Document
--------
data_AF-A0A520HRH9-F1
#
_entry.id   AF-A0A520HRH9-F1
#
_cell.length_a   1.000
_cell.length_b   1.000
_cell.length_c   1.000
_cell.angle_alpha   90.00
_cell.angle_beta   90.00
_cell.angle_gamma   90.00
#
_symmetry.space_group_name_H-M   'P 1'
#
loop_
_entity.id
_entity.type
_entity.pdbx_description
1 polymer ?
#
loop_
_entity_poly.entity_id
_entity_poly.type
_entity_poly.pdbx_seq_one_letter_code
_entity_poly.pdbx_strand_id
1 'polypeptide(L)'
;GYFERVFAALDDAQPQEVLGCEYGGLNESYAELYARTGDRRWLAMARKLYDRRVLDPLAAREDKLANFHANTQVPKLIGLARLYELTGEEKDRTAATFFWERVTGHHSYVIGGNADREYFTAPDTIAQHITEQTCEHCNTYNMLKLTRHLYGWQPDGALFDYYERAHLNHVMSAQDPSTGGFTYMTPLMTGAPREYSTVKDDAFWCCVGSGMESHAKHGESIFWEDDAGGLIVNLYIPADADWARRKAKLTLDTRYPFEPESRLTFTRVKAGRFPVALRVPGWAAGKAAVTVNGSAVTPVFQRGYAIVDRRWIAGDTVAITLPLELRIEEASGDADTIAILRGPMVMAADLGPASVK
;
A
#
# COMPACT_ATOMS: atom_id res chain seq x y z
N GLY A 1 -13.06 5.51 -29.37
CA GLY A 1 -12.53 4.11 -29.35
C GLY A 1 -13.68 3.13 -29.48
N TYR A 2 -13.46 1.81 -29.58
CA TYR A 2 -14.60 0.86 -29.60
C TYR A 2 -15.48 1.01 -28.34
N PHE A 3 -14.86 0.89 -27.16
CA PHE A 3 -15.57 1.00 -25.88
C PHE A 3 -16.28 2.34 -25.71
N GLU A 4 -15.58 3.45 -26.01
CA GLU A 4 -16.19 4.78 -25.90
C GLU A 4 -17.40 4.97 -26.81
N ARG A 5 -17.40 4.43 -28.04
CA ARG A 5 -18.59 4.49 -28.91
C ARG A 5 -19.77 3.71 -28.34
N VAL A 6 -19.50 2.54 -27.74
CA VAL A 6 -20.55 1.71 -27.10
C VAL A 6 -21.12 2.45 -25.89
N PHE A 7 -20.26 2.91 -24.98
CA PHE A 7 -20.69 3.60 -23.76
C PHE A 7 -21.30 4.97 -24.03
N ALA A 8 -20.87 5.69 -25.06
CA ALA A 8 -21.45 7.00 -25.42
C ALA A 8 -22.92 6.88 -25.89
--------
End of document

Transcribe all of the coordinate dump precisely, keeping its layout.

data_AF-A0A520HRH9-F1
#
_entry.id   AF-A0A520HRH9-F1
#
_cell.length_a   1.000
_cell.length_b   1.000
_cell.length_c   1.000
_cell.angle_alpha   90.00
_cell.angle_beta   90.00
_cell.angle_gamma   90.00
#
_symmetry.space_group_name_H-M   'P 1'
#
loop_
_entity.id
_entity.type
_entity.pdbx_description
1 polymer ?
#
loop_
_entity_poly.entity_id
_entity_poly.type
_entity_poly.pdbx_seq_one_letter_code
_entity_poly.pdbx_strand_id
1 'polypeptide(L)'
;GYFERVFAALDDAQPQEVLGCEYGGLNESYAELYARTGDRRWLAMARKLYDRRVLDPLAAREDKLANFHANTQVPKLIGLARLYELTGEEKDRTAATFFWERVTGHHSYVIGGNADREYFTAPDTIAQHITEQTCEHCNTYNMLKLTRHLYGWQPDGALFDYYERAHLNHVMSAQDPSTGGFTYMTPLMTGAPREYSTVKDDAFWCCVGSGMESHAKHGESIFWEDDAGGLIVNLYIPADADWARRKAKLTLDTRYPFEPESRLTFTRVKAGRFPVALRVPGWAAGKAAVTVNGSAVTPVFQRGYAIVDRRWIAGDTVAITLPLELRIEEASGDADTIAILRGPMVMAADLGPASVK
;
A
#
# COMPACT_ATOMS: atom_id res chain seq x y z
N GLY A 1 -13.06 5.51 -29.37
CA GLY A 1 -12.53 4.11 -29.35
C GLY A 1 -13.68 3.13 -29.48
N TYR A 2 -13.46 1.81 -29.58
CA TYR A 2 -14.60 0.86 -29.60
C TYR A 2 -15.48 1.01 -28.34
N PHE A 3 -14.86 0.89 -27.16
CA PHE A 3 -15.57 1.00 -25.88
C PHE A 3 -16.28 2.34 -25.71
N GLU A 4 -15.58 3.45 -26.01
CA GLU A 4 -16.19 4.78 -25.90
C GLU A 4 -17.40 4.97 -26.81
N ARG A 5 -17.40 4.43 -28.04
CA ARG A 5 -18.59 4.49 -28.91
C ARG A 5 -19.77 3.71 -28.34
N VAL A 6 -19.50 2.54 -27.74
CA VAL A 6 -20.55 1.71 -27.10
C VAL A 6 -21.12 2.45 -25.89
N PHE A 7 -20.26 2.91 -24.98
CA PHE A 7 -20.69 3.60 -23.76
C PHE A 7 -21.30 4.97 -24.03
N ALA A 8 -20.87 5.69 -25.06
CA ALA A 8 -21.45 7.00 -25.42
C ALA A 8 -22.92 6.88 -25.89